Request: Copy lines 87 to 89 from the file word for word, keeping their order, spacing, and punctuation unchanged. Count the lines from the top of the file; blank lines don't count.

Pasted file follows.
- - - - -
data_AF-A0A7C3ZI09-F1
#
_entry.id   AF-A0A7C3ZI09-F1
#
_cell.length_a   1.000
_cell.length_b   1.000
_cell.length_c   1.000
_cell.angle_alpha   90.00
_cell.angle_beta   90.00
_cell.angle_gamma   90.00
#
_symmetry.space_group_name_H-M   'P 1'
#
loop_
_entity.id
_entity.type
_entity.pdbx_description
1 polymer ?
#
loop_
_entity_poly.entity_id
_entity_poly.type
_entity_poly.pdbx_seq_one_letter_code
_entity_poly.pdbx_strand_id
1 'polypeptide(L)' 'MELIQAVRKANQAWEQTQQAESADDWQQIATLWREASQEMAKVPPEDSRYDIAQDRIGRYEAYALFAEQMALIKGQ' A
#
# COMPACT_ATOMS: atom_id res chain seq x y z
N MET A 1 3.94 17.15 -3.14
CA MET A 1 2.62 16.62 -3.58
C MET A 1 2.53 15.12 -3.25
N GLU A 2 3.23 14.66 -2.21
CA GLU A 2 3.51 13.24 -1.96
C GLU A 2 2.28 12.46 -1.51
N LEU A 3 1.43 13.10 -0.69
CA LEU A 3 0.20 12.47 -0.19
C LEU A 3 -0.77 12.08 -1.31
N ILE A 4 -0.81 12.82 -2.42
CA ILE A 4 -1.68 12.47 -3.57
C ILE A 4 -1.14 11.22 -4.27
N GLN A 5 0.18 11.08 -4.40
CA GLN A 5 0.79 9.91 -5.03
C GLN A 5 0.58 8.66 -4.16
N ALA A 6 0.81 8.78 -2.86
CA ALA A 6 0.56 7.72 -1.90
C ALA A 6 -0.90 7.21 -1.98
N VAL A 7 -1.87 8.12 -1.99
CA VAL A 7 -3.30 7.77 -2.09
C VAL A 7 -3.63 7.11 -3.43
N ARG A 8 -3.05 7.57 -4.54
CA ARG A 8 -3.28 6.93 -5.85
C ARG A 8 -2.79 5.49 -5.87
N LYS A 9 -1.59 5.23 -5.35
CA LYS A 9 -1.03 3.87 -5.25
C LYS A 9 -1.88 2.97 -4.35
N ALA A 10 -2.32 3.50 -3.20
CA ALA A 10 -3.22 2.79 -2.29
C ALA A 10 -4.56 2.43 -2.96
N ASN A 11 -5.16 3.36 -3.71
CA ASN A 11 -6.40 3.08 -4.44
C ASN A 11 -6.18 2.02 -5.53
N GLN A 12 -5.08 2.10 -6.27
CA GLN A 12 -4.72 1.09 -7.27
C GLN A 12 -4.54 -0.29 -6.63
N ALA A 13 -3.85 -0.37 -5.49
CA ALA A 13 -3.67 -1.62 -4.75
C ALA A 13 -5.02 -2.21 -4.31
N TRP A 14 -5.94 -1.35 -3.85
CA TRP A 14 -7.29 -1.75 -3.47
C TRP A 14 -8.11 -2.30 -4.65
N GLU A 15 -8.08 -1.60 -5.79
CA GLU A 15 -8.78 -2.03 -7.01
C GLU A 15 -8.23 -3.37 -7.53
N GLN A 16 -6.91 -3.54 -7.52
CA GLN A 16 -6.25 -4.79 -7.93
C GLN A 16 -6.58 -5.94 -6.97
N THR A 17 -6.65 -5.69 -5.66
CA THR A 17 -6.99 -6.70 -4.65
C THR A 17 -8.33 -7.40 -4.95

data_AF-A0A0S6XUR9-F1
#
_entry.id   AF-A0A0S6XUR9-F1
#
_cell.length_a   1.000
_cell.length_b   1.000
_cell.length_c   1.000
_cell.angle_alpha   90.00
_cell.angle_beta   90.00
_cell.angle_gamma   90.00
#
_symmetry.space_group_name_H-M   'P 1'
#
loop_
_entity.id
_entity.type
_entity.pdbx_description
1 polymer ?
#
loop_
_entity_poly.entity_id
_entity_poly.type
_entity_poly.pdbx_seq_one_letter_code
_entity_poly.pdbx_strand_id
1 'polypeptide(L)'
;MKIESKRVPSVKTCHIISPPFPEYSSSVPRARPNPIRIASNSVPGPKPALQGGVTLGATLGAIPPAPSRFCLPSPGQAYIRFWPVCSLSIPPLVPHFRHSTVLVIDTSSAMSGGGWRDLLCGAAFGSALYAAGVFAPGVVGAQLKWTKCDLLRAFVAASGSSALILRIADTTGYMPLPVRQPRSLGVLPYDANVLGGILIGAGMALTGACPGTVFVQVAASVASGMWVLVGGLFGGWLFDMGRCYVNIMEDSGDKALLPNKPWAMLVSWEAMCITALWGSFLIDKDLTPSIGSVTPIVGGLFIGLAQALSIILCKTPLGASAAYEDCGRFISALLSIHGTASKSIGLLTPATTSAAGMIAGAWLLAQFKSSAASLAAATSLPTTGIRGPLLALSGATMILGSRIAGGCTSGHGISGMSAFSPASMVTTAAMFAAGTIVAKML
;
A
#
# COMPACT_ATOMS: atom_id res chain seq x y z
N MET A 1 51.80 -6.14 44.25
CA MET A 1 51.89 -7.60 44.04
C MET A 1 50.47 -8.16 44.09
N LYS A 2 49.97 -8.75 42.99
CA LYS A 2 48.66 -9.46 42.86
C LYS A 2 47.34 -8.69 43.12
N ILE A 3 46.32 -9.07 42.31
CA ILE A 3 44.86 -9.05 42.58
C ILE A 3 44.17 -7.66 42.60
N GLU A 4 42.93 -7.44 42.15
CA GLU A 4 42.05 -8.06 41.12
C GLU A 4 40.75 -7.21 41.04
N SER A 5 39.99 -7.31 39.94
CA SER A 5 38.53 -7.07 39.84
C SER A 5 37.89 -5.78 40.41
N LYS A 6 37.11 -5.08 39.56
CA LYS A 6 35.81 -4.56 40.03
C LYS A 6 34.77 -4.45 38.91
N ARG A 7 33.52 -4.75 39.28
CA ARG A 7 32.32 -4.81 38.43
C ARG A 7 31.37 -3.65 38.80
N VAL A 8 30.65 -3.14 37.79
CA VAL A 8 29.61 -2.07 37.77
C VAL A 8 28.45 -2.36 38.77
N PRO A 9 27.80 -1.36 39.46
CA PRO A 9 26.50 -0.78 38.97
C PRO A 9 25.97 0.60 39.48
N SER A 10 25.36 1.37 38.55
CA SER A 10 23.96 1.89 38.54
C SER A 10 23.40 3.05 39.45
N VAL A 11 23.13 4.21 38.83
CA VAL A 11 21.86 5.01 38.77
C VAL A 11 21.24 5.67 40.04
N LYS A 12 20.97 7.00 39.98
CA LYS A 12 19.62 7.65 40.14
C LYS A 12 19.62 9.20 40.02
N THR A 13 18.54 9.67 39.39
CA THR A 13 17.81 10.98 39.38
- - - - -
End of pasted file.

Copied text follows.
_cell.angle_beta   90.00
_cell.angle_gamma   90.00
#